DW: I’m advised all the time by wonderful people and I have been told I’ve got to raise my thinking to 30,000 feet. I’m a get-my-hands-dirty kind of person; when I got here, we were at $1 billion in assets and today we’re at $2.5 billion. Well, that changes the playing field for me and where I spend my time and my efforts. I’m having to, and I’m not good at it yet, but I’m having to adjust. We’re growing, so I’ve got to continue to evolve and change with the growing times and a growing organization, which means I may not be able to see every transaction or touch every small detail.

BV: How did the COVID-19 crisis of 2020 affect Southern?

DW: With the disproportionate impact of COVID-19 on underserved communities, particularly Black and brown communities, the CDFI community stepped up in a way that got national attention. People saw banks like ours as kind of a financial first responder.

As the world was trying to recover and rebuild from COVID-19, the Paycheck Protection Program rolled out, and it was an abysmal failure because the government used distribution channels of a banking system that is inherently discriminatory and inherently against people who are low-wealth minorities. Many of the small businesses we serve were being left out or would have been left out but for CDFIs like us.

Not only did we step up and make sure our folks had access to the Paycheck Protection Program, but we lobbied President Trump and Congress to say you can’t just use these distribution channels and send this money out using the big banks, because you’ll leave a large portion of Americans out. You’ve got to carve out a portion of these funds for CDFIs and Minority Deposit Institutions, so people who live in communities where banks are abandoned or where there are no banks in town can access it.

BV: As you look to the future of Southern, what do you see?

DW: I think in many ways the CDFI space became a best-kept, 35-year-old secret. Philanthropy has always been supported by the CDFI space and [the] government has always been a sponsor, but now we’re seeing the private sector come up, giving us opportunities that we didn’t have before. Other banks and private companies are saying, “We want to be a shareholder, not just give a charitable gift. We want to be a partner, we want to buy ownership because we believe in what you’re doing, and you serve a segment that we’re not equipped to serve.”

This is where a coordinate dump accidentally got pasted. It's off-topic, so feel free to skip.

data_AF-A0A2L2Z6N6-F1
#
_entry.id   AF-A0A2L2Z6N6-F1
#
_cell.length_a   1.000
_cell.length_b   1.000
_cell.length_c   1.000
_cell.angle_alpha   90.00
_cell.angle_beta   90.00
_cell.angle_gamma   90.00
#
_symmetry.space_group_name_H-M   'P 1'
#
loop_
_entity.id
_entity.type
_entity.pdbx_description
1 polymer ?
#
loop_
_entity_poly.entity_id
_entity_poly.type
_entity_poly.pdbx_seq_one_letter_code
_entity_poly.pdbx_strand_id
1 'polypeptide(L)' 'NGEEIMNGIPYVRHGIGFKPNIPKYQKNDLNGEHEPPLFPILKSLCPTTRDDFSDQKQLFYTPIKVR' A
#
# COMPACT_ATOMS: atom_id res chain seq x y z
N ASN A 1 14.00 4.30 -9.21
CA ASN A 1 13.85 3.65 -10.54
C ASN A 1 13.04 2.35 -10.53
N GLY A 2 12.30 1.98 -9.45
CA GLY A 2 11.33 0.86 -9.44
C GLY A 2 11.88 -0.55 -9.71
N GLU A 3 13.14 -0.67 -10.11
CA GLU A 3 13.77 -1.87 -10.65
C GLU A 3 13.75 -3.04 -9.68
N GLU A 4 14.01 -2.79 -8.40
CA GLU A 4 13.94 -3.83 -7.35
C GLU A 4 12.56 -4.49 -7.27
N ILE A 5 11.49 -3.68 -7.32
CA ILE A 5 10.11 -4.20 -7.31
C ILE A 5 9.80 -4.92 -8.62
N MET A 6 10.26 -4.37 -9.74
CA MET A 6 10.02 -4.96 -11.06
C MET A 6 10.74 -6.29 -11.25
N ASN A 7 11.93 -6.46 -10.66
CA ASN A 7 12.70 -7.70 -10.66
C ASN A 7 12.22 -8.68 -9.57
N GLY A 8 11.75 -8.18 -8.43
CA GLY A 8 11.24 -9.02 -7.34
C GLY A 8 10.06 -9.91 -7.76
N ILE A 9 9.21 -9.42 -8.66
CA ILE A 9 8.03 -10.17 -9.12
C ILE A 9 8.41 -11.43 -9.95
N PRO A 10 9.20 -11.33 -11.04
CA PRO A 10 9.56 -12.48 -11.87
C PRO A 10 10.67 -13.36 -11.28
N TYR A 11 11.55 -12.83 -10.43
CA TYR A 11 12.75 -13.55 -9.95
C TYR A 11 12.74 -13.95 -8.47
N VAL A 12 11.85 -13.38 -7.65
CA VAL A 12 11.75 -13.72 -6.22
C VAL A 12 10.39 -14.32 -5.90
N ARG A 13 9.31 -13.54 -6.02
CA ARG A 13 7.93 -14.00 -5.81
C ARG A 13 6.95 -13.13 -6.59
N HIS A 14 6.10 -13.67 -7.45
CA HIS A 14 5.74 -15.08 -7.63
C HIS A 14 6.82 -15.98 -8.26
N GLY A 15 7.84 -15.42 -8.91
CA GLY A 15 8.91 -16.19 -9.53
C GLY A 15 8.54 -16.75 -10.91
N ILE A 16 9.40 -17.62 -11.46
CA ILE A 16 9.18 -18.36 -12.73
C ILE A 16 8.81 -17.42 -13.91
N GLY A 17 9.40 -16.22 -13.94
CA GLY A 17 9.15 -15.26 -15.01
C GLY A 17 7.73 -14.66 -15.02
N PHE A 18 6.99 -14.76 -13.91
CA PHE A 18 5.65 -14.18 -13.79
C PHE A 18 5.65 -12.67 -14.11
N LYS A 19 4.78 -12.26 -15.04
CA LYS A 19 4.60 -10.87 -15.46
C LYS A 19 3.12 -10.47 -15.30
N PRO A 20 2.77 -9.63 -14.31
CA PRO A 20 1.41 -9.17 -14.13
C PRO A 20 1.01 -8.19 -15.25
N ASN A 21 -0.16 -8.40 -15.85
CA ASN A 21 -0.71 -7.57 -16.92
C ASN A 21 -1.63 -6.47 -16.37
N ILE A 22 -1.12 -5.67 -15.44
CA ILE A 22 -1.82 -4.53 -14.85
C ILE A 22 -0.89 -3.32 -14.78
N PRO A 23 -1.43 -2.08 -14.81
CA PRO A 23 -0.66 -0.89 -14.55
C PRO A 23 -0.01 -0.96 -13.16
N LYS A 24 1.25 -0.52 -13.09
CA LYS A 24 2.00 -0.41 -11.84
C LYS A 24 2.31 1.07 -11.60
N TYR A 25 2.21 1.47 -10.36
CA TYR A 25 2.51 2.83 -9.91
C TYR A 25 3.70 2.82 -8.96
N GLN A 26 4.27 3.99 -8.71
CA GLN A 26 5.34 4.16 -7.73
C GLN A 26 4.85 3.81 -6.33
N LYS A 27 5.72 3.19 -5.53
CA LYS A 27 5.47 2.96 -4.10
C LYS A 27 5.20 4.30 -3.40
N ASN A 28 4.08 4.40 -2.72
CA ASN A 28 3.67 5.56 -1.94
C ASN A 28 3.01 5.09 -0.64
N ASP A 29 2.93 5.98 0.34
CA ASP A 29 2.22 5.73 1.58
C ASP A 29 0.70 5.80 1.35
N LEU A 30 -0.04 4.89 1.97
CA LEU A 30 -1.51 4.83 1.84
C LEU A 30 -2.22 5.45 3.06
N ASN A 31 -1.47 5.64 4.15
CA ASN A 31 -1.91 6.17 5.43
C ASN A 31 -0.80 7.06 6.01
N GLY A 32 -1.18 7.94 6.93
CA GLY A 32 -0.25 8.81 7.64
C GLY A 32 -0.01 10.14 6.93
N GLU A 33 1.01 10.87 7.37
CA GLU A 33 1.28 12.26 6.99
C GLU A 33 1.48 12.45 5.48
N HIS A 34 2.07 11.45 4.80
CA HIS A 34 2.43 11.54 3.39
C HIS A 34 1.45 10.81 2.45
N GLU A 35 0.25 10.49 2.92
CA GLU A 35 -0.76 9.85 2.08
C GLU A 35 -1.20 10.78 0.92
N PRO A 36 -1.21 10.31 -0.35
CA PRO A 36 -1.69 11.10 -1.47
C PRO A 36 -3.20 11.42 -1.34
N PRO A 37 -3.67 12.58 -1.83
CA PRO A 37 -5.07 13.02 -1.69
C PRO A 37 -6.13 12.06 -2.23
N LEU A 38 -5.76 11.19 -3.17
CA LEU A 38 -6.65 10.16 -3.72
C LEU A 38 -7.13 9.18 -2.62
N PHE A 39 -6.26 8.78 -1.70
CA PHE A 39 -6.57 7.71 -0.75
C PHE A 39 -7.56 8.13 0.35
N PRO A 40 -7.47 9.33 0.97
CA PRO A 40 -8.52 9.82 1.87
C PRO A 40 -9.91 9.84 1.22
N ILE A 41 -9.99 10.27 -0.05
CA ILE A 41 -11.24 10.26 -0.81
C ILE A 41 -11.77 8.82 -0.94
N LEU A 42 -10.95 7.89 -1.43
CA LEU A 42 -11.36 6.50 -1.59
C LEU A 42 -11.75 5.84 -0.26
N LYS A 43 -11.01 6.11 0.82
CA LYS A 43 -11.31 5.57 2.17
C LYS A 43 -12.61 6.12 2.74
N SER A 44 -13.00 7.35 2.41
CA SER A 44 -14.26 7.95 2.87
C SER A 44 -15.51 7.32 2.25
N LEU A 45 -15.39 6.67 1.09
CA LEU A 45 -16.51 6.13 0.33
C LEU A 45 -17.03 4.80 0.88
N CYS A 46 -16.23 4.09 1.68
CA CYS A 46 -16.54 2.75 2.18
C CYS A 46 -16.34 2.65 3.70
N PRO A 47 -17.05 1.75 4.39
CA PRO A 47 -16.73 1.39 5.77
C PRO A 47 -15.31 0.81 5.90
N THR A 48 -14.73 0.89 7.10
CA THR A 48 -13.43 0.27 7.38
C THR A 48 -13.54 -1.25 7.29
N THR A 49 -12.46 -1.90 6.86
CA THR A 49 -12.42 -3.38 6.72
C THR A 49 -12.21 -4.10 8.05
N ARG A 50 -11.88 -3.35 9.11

To give you an example of how things have changed, when I came aboard in 2013 with the idea of really growing Southern, it took us a little over four years to raise $50 million in capital. In July, the government rolled out the Emergency Capital Investment Program in response to the coronavirus and we got a $250 million equity investment. The federal government just bought $250 million worth of stock in this bank, which is going to allow us to greatly expand our impact.

BV: What advice do you have for the next generation?

DW: One is, never stop learning. There are so many ways, places and people you can learn from. You’ve got to be open to the education and the learning opportunities available, even in times of struggle. That’s on a personal level.

On a leadership level, one thing I often say is “Culture trumps strategy.” I have a name tag that says, “Darrin Williams, Chief Culture Officer,” because that’s how I think of my role here. If you have the right culture, your team will develop a winning strategy.

Developing and building the right culture starts with understanding why we get up every day and do the work we do. If we can do that, we’re going to be as successful as anybody, and probably more successful than most, because we have that North Star to follow.